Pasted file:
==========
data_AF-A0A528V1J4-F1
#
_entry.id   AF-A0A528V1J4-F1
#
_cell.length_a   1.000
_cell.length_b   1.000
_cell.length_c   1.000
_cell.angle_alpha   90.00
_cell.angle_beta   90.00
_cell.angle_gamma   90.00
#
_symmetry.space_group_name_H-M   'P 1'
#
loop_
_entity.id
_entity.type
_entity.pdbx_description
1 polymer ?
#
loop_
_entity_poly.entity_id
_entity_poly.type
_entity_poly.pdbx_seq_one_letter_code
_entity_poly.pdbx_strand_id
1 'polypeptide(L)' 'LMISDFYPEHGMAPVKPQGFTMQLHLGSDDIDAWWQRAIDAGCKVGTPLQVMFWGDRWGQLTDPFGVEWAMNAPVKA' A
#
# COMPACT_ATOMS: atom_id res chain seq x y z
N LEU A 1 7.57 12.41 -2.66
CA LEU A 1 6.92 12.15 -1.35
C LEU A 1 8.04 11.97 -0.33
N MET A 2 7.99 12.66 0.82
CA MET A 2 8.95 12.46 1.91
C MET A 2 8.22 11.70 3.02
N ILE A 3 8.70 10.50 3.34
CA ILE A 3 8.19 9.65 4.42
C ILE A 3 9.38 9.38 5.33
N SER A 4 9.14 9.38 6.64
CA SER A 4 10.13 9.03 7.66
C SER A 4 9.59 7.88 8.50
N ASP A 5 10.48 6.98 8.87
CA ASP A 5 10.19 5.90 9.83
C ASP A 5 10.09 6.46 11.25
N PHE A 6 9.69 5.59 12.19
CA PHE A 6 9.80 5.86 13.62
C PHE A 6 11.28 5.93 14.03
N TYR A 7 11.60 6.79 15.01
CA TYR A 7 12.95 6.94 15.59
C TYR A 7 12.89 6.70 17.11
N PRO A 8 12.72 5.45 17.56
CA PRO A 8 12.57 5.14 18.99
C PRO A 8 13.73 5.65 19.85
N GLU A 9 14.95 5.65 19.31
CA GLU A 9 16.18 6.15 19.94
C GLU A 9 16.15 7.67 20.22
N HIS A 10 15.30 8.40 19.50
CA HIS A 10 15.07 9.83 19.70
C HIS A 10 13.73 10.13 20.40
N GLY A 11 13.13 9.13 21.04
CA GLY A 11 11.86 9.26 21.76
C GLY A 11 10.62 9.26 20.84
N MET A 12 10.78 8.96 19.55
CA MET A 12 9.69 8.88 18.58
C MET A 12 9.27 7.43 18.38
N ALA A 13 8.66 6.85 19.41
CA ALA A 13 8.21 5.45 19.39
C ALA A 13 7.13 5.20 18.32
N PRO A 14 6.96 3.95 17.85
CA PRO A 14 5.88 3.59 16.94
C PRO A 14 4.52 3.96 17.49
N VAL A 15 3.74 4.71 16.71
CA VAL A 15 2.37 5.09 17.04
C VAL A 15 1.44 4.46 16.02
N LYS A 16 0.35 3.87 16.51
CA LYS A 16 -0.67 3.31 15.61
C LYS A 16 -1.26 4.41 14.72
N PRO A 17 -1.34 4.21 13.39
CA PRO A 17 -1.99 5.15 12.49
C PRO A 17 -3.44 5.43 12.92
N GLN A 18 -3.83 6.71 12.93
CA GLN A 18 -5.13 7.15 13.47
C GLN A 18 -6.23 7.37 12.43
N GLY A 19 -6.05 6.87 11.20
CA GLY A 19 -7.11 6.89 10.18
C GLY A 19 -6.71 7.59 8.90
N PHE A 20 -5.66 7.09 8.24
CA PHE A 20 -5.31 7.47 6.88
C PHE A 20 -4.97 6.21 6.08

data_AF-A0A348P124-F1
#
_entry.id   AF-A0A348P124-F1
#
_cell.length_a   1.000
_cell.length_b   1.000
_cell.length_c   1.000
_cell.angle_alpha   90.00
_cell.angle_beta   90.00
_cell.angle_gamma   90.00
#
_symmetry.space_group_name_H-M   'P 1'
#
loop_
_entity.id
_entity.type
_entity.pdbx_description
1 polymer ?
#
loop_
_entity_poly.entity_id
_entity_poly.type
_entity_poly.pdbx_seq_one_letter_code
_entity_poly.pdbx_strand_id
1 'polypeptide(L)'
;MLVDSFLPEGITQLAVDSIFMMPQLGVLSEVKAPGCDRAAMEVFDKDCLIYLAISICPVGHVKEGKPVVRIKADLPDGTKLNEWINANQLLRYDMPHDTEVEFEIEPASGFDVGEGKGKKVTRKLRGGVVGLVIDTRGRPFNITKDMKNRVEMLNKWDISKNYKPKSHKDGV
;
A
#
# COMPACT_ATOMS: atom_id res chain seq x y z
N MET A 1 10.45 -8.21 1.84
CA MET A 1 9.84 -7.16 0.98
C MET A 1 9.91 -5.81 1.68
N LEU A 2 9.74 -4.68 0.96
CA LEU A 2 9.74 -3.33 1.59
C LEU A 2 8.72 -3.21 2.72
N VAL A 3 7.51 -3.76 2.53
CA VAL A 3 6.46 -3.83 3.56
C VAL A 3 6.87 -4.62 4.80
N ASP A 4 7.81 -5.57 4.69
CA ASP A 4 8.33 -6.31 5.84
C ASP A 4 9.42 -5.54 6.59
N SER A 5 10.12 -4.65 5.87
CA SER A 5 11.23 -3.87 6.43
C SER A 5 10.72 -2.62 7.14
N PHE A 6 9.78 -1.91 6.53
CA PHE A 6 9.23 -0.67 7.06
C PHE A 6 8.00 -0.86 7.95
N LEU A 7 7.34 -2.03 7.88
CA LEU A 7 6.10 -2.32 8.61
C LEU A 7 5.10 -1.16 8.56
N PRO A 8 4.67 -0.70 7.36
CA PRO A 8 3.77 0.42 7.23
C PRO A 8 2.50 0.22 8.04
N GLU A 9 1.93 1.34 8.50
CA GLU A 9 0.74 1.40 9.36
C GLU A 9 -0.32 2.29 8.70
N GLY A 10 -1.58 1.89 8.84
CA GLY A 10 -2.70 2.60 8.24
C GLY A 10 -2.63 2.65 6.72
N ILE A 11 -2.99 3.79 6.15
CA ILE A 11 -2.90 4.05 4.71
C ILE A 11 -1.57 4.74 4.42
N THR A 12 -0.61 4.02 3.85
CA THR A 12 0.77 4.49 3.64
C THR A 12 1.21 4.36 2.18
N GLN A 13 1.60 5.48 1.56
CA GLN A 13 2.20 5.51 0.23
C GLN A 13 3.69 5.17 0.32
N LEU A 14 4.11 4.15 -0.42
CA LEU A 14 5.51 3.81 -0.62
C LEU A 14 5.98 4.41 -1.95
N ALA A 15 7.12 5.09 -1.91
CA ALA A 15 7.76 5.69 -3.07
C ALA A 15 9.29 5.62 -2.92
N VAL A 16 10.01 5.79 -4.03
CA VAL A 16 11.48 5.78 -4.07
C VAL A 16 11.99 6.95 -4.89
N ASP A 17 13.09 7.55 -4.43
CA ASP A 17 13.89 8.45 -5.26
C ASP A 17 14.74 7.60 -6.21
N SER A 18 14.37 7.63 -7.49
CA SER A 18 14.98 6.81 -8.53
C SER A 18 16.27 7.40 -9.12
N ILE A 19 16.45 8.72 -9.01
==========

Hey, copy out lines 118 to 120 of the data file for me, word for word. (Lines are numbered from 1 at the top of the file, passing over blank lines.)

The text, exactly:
N MET A 1 10.45 -8.21 1.84
CA MET A 1 9.84 -7.16 0.98
C MET A 1 9.91 -5.81 1.68